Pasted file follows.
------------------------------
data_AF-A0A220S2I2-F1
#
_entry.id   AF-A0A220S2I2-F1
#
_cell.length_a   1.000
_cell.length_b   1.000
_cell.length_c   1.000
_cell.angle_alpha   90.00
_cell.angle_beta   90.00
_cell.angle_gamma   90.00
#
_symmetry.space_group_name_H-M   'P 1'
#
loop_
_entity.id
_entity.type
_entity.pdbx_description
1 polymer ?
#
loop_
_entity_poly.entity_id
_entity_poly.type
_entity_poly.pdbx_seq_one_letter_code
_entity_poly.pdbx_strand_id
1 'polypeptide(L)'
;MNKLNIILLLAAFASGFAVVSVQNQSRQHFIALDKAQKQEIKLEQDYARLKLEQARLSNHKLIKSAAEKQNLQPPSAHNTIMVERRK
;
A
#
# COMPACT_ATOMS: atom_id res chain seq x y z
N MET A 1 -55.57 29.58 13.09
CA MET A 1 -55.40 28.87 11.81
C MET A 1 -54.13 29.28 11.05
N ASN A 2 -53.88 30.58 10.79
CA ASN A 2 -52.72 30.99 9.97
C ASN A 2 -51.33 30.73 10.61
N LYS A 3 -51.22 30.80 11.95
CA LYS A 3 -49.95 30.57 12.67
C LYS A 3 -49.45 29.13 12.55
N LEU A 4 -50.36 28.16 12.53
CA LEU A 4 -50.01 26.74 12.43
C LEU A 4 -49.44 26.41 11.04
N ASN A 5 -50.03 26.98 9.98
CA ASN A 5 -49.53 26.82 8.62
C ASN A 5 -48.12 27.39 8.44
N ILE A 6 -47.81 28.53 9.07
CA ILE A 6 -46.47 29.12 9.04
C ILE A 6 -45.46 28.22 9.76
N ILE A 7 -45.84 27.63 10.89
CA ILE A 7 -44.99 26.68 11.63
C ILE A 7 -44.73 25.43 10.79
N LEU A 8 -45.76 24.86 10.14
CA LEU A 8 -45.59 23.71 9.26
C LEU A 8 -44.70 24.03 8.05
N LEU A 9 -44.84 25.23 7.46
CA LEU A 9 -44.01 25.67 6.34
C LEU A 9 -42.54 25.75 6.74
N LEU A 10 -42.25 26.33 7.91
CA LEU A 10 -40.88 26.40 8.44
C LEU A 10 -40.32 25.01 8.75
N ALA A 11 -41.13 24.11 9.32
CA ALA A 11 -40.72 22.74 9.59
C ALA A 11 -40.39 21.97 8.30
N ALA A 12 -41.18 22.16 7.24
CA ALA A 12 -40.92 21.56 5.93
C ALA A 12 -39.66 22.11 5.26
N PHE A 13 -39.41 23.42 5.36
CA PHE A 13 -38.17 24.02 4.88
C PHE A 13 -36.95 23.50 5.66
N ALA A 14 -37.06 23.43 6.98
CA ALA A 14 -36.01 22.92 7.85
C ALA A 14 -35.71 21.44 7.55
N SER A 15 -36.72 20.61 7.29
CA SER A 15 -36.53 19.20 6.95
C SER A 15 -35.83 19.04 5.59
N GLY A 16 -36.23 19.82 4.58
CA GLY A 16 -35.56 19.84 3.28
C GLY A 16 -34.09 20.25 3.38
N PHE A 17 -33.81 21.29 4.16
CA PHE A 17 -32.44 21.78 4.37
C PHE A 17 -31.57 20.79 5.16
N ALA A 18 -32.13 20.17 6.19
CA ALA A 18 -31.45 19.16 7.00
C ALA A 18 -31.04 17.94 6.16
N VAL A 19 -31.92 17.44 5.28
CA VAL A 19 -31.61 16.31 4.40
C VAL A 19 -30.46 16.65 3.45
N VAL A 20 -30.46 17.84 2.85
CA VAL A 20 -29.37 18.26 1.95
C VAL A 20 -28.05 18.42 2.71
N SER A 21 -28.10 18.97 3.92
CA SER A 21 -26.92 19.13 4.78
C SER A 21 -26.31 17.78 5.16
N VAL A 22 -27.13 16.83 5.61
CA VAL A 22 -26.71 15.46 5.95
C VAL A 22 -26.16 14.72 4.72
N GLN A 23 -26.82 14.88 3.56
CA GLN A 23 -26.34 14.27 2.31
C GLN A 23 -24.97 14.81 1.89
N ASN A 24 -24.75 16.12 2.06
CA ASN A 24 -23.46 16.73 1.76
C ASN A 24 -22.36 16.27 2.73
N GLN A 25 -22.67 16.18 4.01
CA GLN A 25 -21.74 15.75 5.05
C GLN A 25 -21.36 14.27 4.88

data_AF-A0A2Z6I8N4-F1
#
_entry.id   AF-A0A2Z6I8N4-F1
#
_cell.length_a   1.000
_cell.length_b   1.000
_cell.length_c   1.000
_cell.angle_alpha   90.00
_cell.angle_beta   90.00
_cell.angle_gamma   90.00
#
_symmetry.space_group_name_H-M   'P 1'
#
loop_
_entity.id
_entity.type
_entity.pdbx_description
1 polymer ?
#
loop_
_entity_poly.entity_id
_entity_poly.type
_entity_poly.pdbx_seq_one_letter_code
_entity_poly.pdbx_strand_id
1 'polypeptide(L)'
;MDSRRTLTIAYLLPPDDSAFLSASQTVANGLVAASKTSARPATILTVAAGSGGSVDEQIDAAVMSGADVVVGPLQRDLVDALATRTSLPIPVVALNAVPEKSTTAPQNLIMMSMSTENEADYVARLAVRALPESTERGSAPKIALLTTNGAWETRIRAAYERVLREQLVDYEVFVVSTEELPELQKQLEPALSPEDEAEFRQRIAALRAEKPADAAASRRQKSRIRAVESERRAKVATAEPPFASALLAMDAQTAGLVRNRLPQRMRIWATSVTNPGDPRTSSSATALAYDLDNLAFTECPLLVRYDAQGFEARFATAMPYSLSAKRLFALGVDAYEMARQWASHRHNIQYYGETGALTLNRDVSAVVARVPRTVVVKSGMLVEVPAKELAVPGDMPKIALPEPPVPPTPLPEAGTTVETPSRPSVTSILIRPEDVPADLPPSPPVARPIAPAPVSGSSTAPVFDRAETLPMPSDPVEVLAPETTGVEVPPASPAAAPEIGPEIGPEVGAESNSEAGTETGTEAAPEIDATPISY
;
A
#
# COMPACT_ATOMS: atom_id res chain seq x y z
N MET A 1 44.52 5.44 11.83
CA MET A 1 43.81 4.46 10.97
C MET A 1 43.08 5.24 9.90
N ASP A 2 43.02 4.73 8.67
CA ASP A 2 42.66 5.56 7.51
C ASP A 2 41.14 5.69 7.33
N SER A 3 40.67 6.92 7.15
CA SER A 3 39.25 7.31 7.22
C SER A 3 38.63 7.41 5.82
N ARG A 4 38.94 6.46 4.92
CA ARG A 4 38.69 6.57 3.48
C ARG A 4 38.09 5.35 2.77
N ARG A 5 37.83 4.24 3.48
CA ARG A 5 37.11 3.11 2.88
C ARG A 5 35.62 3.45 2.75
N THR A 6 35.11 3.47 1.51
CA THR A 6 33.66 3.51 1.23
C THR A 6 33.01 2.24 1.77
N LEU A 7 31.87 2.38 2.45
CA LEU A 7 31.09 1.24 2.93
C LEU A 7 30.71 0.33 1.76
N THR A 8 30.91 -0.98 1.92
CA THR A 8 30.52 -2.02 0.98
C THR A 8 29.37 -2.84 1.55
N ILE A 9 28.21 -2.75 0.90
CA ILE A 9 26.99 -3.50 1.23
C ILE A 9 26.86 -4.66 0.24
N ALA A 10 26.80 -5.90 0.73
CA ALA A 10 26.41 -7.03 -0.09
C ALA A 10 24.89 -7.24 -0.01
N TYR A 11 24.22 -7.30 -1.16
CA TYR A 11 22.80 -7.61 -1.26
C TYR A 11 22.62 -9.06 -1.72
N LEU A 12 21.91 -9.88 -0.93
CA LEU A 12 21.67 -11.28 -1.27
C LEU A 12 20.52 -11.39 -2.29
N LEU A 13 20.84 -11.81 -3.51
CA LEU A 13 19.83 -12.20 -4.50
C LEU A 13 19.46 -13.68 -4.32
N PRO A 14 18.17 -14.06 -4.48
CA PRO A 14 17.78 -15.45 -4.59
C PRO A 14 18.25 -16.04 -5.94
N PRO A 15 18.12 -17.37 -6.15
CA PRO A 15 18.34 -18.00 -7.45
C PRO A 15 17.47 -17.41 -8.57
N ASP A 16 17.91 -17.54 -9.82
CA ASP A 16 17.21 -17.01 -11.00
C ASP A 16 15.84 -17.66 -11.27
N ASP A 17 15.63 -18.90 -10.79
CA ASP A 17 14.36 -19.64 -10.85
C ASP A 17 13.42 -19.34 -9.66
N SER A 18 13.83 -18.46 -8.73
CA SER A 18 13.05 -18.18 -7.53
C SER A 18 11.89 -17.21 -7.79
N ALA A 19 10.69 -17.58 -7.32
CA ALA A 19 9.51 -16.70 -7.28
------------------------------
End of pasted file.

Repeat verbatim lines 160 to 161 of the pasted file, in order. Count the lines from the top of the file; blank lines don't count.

N ILE A 9 28.21 -2.75 0.90
CA ILE A 9 26.99 -3.50 1.23